If you love duck but feel too intimidated to cook it at home, this recipe is for you. And if you don’t think you love duck, but enjoy a good roast, this recipe is also for you. The key is to know how to prep your bird. Here, we encourage the duck to render its precious fat by gently poking it all over with a fork prior to patting it down with a simple dry brine consisting of salt, sugar, thyme, and citrus zest. The overnight rest (yes, a full 12 hours) in the refrigerator dries out the skin, helping us achieve that coveted crisped exterior. When it’s nearly done roasting, the duck gets a sweet, salty, tangy lacquer, which doubles as a dipping sauce at the table. Don’t let those drippings go to waste: The duck fat basmati rice can be made while the bird rests (it needs at least 30 minutes, pre-carving).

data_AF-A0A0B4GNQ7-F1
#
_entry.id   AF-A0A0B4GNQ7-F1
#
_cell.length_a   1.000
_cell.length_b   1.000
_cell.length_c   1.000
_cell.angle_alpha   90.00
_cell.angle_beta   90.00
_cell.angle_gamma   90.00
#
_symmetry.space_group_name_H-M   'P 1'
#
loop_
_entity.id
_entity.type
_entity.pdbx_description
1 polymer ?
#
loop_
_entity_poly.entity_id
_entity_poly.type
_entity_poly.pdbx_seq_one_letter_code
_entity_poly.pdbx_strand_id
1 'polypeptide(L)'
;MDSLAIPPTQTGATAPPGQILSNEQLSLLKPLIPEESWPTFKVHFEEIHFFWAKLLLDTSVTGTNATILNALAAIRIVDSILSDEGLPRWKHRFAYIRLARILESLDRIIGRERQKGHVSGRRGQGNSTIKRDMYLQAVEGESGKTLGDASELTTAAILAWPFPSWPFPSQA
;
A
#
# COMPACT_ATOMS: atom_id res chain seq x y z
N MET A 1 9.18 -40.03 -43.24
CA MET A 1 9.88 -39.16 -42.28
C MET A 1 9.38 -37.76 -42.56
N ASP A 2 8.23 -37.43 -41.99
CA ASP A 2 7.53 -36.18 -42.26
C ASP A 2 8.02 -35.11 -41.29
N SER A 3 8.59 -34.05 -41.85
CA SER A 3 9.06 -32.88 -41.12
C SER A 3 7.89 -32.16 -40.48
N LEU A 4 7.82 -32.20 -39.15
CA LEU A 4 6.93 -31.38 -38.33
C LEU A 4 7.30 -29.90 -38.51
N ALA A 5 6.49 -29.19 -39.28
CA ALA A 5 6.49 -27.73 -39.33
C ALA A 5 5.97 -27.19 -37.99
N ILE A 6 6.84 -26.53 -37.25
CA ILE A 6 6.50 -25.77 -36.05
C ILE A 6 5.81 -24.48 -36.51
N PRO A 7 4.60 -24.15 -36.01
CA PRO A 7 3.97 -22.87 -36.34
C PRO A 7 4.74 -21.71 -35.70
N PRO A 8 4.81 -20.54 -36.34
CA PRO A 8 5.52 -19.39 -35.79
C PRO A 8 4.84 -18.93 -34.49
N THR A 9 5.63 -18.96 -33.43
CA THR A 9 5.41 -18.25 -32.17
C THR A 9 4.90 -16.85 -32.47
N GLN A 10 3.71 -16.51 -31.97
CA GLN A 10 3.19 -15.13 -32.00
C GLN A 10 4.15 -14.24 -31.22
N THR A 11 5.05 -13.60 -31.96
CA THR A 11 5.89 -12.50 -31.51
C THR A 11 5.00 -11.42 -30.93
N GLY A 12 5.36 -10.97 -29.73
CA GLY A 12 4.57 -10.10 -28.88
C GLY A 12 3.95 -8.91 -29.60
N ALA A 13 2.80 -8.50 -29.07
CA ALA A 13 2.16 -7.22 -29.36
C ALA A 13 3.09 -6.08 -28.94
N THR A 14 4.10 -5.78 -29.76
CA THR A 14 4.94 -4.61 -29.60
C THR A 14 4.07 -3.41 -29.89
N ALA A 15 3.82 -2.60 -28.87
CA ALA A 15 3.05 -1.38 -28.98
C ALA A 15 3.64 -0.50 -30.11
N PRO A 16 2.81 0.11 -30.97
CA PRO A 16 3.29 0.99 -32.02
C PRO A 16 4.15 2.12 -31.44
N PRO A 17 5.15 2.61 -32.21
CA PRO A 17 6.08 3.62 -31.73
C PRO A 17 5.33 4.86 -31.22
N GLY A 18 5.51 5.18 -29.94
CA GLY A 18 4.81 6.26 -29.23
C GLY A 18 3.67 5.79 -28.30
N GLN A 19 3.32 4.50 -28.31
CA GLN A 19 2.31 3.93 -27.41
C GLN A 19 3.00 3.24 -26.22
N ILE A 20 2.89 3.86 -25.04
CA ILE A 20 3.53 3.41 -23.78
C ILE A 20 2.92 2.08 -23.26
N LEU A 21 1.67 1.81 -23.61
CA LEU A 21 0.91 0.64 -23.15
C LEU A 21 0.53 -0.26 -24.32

Pekin (also known as Long Island) duck is the most common variety, and its size makes it great for roasting. Many purveyors stock these birds frozen, so pick them up a few days before cooking so they have time to defrost.